Rubins, David Kresz Statue of Lincoln, 1963
David Rubins was born in Minneapolis, Minnesota. He studied in the 1920s at the Beaux-Arts Institute of Design in New York City and at the Académie Julian and École des Beaux-Arts in Paris. He was an assistant to sculptor J. E. Fraser in New York City for seven years. From 1935 until his retirement in 1970 he was an instructor at the Herron Art Institute, which merged with Indiana University in 1967 and became the Herron School of Art. After his retirement, he became an artist-in-residence at Herron. He authored a textbook, The Human Figure, an Anatomy for Artists.
- Statue of Lincoln, 1963
- 112″ tall
- State of Indiana
- Keywords: sculpture, casts, bronze
- Subjects: people, men, presidents, books
This statue of young Abraham Lincoln is in the plaza at the east entrance of the State Office Building in downtown Indianapolis. Since there are no early images of Lincoln, Rubins read books—especially Carl Sandburg and Albert Beveridge’s two volume biography—to form his concept for the statue. He produced a 12″-tall model as a preliminary sketch. After receiving the commission, he completed a 46″ working model that was sent to Connecticut to produce a mechanically enlarged model. He assembled the three piece plasticine model in his studio at Herron, where the enormous 9’4″ figure almost touched the skylight. Rubins told the Indianapolis Star Magazine that he spent the summer of 1962 on a tall ladder and platform, reshaping the model and adding the fine details of Lincoln’s youthfulness and angular features. Plasterers from the East Coast came to Indianapolis and made a plaster cast from the reworked model. The cast, again cut in three pieces, was shipped east and molded in bronze. The final statue weighs about a ton.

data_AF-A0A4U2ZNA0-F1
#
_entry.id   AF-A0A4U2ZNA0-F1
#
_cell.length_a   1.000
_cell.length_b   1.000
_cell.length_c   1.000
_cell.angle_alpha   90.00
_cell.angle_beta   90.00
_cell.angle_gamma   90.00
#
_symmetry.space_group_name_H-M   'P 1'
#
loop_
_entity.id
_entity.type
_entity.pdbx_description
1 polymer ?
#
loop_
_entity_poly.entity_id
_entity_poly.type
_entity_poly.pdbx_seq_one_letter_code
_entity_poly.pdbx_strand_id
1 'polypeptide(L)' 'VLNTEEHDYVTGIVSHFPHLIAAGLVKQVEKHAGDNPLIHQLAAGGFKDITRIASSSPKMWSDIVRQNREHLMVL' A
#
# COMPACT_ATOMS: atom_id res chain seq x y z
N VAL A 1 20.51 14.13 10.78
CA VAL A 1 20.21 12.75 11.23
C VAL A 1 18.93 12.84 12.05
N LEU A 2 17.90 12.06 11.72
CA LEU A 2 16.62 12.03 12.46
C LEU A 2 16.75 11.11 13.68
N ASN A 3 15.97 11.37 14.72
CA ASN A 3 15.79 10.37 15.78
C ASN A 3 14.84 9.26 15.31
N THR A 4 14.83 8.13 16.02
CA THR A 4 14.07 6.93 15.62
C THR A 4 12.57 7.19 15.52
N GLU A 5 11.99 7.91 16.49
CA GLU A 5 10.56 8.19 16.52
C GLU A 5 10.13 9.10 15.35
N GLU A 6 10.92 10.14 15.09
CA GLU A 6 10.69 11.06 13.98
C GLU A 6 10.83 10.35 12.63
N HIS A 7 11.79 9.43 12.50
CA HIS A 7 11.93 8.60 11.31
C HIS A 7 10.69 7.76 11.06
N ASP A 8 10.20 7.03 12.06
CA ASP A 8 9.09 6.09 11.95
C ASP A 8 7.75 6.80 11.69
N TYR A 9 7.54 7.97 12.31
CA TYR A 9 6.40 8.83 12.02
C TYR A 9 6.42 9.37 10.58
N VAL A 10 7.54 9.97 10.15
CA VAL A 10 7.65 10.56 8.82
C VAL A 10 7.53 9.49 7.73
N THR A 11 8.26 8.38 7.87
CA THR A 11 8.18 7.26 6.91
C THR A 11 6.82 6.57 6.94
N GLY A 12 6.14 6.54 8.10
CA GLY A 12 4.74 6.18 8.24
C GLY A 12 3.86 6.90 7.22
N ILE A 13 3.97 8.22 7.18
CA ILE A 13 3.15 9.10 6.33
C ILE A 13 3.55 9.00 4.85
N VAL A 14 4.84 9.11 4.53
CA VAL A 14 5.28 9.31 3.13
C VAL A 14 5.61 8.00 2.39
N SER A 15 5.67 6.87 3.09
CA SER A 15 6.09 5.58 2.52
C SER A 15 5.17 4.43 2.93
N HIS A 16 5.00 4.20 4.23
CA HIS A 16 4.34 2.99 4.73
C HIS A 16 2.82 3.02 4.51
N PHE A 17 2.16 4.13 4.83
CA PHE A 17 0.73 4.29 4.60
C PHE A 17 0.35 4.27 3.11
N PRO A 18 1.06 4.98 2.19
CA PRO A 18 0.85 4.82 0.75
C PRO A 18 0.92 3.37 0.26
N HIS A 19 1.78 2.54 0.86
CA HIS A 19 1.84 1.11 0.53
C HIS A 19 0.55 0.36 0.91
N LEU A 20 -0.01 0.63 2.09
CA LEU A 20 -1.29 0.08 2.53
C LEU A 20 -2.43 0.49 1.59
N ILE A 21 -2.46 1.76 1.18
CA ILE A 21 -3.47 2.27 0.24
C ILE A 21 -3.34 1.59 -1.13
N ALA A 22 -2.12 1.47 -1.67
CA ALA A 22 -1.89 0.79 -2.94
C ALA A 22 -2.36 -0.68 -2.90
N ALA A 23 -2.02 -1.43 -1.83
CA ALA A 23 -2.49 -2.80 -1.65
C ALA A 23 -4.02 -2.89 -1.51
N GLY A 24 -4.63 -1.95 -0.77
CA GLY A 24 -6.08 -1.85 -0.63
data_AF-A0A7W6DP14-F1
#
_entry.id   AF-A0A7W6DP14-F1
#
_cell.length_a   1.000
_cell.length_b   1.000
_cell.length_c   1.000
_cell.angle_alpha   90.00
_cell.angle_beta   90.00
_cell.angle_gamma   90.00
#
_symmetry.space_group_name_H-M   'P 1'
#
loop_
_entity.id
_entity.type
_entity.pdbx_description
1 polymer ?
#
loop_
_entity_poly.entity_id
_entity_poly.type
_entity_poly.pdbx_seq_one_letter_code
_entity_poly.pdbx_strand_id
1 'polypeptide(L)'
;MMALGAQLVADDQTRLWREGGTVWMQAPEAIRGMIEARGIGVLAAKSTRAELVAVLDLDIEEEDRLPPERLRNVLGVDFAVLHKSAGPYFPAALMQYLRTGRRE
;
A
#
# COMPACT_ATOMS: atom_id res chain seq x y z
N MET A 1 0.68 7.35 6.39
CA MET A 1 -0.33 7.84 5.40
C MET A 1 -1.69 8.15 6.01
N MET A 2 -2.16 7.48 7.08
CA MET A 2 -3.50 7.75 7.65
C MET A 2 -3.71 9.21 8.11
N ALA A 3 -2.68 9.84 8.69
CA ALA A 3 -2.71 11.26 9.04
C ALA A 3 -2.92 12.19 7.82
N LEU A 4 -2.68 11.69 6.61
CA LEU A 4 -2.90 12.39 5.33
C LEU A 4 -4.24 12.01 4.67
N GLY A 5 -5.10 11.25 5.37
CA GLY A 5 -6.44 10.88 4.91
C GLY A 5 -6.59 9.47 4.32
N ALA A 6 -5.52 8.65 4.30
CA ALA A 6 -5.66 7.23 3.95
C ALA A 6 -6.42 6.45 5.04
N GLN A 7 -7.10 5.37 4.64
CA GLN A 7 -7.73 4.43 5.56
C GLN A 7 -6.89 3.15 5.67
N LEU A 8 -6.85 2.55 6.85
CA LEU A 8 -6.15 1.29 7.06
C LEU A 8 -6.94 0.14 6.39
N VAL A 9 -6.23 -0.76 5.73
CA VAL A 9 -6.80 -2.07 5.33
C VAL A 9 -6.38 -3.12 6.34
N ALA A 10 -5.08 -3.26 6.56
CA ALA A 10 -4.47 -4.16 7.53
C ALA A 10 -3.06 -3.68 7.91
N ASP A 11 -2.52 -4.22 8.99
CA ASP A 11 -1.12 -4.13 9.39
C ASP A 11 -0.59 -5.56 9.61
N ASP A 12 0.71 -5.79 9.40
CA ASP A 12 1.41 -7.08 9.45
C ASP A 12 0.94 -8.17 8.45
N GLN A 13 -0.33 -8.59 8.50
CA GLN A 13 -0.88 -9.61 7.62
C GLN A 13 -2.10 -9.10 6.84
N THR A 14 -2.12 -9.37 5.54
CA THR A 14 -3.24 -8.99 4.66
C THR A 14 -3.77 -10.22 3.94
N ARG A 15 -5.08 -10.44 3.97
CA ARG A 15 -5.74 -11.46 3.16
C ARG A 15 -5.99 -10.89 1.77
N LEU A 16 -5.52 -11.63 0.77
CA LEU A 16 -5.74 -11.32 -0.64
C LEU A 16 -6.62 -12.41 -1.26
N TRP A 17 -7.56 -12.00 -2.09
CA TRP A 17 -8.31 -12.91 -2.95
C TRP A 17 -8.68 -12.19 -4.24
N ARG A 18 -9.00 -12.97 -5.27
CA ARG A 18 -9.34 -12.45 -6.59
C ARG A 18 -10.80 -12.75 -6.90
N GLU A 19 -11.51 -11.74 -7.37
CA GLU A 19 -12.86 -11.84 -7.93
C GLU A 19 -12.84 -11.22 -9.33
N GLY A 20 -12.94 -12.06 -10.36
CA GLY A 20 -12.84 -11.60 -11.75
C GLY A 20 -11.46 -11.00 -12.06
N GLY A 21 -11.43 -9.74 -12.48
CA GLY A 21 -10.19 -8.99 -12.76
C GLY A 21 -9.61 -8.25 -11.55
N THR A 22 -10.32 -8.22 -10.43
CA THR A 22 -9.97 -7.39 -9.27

Some Points To Consider
- Ask students why this sculpture is an important feature of the State Office Building in Indianapolis. Do they think this is how a young Abraham Lincoln in Indiana might have looked and dressed? (Art 4.1.1)
- Read the artist’s quotes and help students build an understanding about the artist’s philosophies when creating this work. Ask students which theory the artist’s interpretation was based on: imitationalism, formalism, or emotionalism? (Art 4.4.1)
- Discuss with students the hardships of sculpting as a career. Rubin studied many years to become a sculptor and was an assistant for seven years. The process to make sculpture is demanding and complex. Many skilled craftsmen must be included in the creation. (Art 4.1.4)
Suggested Activities for Classroom Follow-Up
- Point out to students how the artist used line and shape to show movement. Play an audio recording of classical music and have students draw lines on paper to indicate the mood created by the music. Explain that artists use lines and shapes the way that musicians use notes and chords.
- Have students make a sculpture using modeling clay. Remind them they are working in three dimensions and must turn the work as they progress.
- Allow class time to read reference books or search online for more information about Lincoln in Indiana and the Lincoln Boyhood National Monument in Lincoln City.